The column today (Oct. 14, 2009) of Conrado de Quiroz in the Philippine Daily Inquirer can be summed up:
His entire column is worth reading:
"We ourselves are the only ones who can guarantee good governance."
His entire column is worth reading:
The one thing I keep being asked in forums is: How can you assure a Noynoy presidency will not go the route of the others?
The one answer I keep giving when asked that question is: Who am I to assure anything? But two things, I say by way of caveat, give me reason to hope.
The first is that even before Noynoy announced his decision to run, he shot up past the others. Completely spontaneously, completely effortlessly. Which astounded even me (I thought he’d do it, but more gradually). Clearly, the storyline of “the coming of the opposite of GMA” had been building in people’s minds for a long time.
The good news there for us, quite apart from the Noynoy camp, is this: Noynoy avoids, or escapes, the fundamental bane of elections, which is spending a staggering fortune to get elected. Either candidates use their own money, if they are staggeringly rich, or they depend on the oligarchs for staggering donations to their campaign. Either way it cannot augur well for the fate of the national treasury that the person who becomes president does so by pawning the family jewels and/or depending on the kindness of strangers. History—especially Philippine history—has yet to record a candidate who divested himself and his friends, or cronies, of wealth for the staggering pleasure of serving the people.
If Noynoy’s numbers hold—and I don’t see why not, this is an Edsa masquerading as an election—he will become president without being beholden to the usual suspects. That frees him to formulate policies that can be good for the country and not for the contributors. He will be beholden only to the people, not to those who oppress them.
That is of course no guarantee he will do right by the people. History, especially Philippine history, is full of leaders who were beholden to the people and reciprocated only by screwing the people. We do not have to look far, we’ve had one for the last nine years. This was a person who rode on the back of People Power but dedicated herself afterward only to spiting the very thing she owed. Substitute “ungrateful” for “lucky” and Joey Salceda’s description of her becomes more ferociously accurate.
What’s to guarantee Noynoy won’t do otherwise? Well, there’s Noynoy himself. He is not the “opposite of GMA” for nothing. The opposite of being an ungrateful SOB is being a grateful SOC (son of a Cory).
Far more importantly, there’s us, the people.
Nothing else can guarantee it. We are not active in our governance, we will never have the leader we deserve. Or we will have exactly the one we do. A people who do not particularly care if they are screwed will always have leaders who will screw them. Either by the leader’s natural inclination or the led’s own ardent invitation.
The political culture of this country sucks. It is a culture that naturally promotes corruption and trapo shenanigans. It is a vortex that swallows the best of women and men, as forums always point out. How to prevent it? By bestirring ourselves to prevent it.
It’s not in our stars but in ourselves that we are underlings. Nowhere is that truer than in our political life.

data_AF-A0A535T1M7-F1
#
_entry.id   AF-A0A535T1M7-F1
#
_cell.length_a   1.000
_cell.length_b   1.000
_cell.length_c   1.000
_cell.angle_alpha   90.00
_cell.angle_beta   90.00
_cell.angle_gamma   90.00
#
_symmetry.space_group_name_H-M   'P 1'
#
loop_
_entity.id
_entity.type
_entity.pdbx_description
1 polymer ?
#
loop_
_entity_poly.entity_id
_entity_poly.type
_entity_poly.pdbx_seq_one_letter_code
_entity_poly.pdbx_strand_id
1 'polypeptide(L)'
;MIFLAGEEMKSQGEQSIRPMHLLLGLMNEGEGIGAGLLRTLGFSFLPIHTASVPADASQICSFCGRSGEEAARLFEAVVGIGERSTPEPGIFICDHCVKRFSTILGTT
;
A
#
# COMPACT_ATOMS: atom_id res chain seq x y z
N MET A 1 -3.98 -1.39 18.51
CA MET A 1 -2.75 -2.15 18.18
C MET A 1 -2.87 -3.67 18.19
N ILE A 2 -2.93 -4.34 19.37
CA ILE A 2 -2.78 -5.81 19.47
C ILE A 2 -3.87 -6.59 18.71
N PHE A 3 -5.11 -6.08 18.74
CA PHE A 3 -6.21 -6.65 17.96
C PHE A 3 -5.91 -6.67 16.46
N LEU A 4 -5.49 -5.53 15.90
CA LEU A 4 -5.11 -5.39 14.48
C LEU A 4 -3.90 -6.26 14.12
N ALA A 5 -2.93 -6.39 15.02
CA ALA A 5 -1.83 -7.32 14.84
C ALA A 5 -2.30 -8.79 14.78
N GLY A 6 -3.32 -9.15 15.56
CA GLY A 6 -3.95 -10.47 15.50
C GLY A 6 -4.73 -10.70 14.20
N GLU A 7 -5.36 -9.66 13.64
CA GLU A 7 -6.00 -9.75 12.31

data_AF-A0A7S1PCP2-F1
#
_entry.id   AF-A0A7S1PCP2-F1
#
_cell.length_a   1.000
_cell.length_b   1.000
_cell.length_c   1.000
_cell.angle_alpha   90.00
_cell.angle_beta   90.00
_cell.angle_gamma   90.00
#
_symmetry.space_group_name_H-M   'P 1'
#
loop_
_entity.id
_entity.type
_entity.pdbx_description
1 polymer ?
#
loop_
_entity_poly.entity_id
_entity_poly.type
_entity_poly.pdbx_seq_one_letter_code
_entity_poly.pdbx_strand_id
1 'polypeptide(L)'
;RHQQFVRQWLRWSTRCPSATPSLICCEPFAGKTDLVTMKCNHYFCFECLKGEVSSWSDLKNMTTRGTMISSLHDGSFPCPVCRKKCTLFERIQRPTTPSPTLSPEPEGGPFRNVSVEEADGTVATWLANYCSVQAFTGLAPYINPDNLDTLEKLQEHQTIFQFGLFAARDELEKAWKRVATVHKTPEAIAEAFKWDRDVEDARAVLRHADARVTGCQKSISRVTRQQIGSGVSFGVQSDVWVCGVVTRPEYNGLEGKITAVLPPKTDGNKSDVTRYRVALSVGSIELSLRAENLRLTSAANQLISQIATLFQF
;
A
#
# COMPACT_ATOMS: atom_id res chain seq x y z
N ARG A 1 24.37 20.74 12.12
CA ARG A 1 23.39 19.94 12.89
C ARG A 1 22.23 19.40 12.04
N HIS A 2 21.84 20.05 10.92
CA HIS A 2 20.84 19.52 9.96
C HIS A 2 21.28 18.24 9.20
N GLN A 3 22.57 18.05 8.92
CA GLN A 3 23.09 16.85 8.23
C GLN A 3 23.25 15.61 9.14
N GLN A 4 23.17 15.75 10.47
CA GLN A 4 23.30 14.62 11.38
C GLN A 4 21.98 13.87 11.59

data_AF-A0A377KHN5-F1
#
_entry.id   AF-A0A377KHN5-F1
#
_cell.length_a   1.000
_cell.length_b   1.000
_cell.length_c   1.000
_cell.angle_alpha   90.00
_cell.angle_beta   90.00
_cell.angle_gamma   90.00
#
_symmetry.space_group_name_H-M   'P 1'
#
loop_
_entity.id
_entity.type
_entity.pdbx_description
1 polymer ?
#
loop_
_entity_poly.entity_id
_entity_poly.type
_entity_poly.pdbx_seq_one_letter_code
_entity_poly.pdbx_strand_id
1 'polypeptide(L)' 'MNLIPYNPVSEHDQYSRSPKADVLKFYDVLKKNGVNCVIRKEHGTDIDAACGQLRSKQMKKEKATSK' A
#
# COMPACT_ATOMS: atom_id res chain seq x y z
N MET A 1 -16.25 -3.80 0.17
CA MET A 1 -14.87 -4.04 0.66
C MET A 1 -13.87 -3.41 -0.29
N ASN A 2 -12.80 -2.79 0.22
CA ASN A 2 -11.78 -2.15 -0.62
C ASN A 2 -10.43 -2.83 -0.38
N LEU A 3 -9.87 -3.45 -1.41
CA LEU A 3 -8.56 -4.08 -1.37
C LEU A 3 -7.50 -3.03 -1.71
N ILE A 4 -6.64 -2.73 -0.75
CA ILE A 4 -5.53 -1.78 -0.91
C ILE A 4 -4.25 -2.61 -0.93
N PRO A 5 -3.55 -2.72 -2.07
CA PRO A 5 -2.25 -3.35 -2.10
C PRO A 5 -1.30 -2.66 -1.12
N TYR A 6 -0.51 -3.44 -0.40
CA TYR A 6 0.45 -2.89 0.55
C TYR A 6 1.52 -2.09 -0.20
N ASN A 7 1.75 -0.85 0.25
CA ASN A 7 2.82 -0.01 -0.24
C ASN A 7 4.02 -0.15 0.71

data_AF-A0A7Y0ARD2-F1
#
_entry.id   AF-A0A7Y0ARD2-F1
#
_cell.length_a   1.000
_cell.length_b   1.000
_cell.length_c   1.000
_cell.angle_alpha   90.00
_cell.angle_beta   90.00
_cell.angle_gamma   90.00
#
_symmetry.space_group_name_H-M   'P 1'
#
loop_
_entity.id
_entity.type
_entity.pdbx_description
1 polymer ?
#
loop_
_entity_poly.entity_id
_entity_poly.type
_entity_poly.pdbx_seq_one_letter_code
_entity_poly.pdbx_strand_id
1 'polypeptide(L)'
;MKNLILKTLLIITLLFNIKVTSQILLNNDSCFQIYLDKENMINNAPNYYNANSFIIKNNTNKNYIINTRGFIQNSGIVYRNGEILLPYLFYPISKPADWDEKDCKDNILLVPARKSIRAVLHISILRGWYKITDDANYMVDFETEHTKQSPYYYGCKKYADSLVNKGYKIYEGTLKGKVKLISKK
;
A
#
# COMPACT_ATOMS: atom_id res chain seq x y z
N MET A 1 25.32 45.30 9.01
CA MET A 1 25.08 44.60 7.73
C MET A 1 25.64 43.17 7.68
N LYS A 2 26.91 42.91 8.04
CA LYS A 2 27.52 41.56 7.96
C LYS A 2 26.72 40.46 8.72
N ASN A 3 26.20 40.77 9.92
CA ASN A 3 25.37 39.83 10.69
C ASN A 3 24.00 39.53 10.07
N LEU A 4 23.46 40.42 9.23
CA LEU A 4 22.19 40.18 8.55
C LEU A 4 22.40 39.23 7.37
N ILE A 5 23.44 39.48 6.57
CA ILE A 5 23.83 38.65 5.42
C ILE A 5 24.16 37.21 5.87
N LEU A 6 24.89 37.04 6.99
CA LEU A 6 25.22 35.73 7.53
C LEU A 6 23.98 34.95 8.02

Take the case of corruption. Doubtless there are many reasons for it, not least of them psychological, or pathological. Some people are just bottomless pits of greed, and some are more bottomless than others. But you look at it a little more closely and you realize that the most fundamental reason for corruption is that we tolerate it.
This has been my favorite argument for years. Clearly, we do feel revulsion for people who steal, as seen by the way we corner pickpockets, handbag slashers, and other petty thieves in sidewalks and beat them black and blue. Why don’t we do the same thing to crooks in government? The only explanation I can think of is that we don’t see what they do as stealing.
Either the sums they pilfer are too huge for us to grasp, the act taking on an air of abstraction quite unlike the quite graphic grabbing of a boy’s schoolbag, or those sums are things we attribute to them anyway. Both are true, the latter especially. We really have no concept of “taxpayers’ money.” We think of the taxes we pay—and all of us do pay it, epically, if indirectly, through VAT—not as our money but as their money. It is tribute we give to our liege. If the taxes come back to us in the form of a road or bridge, we are happy. If they do not, we say, what else is new?
That is why corruption flourishes here like floods, and that is why it does not in Europe and the US. We do not see taxes as our money, they do. We do not see the hijacking of taxpayers’ money as stealing, they do.
The burden of change does not just lie in our officials, it lies in us. And the beginning of change is recognition, the driving force of change is discovery. We start realizing taxes are our money, and our officials start thinking twice about stealing them.
We ourselves are the only ones who can guarantee good governance. The prospects are not entirely daunting. We do have a capacity to act. We do have a capacity to put our fate in our hands. Look how we respond to disasters, completely instinctively galvanizing into action to reach out to the victims. Look how we respond to earthquakes and famine, digging the earth furiously and penetrating places God forgot to rescue the trapped and hungry. Look at the way we respond to floods and mudslides, braving the wilds to bring relief goods to the ravaged and help them build again. This is People Power at its best. This is People Power in everyday life.
It’s just a matter of realizing we’ve been the victims all this time. It’s just a matter of realizing we’re the ones who most need relief.
It’s just a matter of realizing we’re the only ones who can give ourselves relief.
. . . . .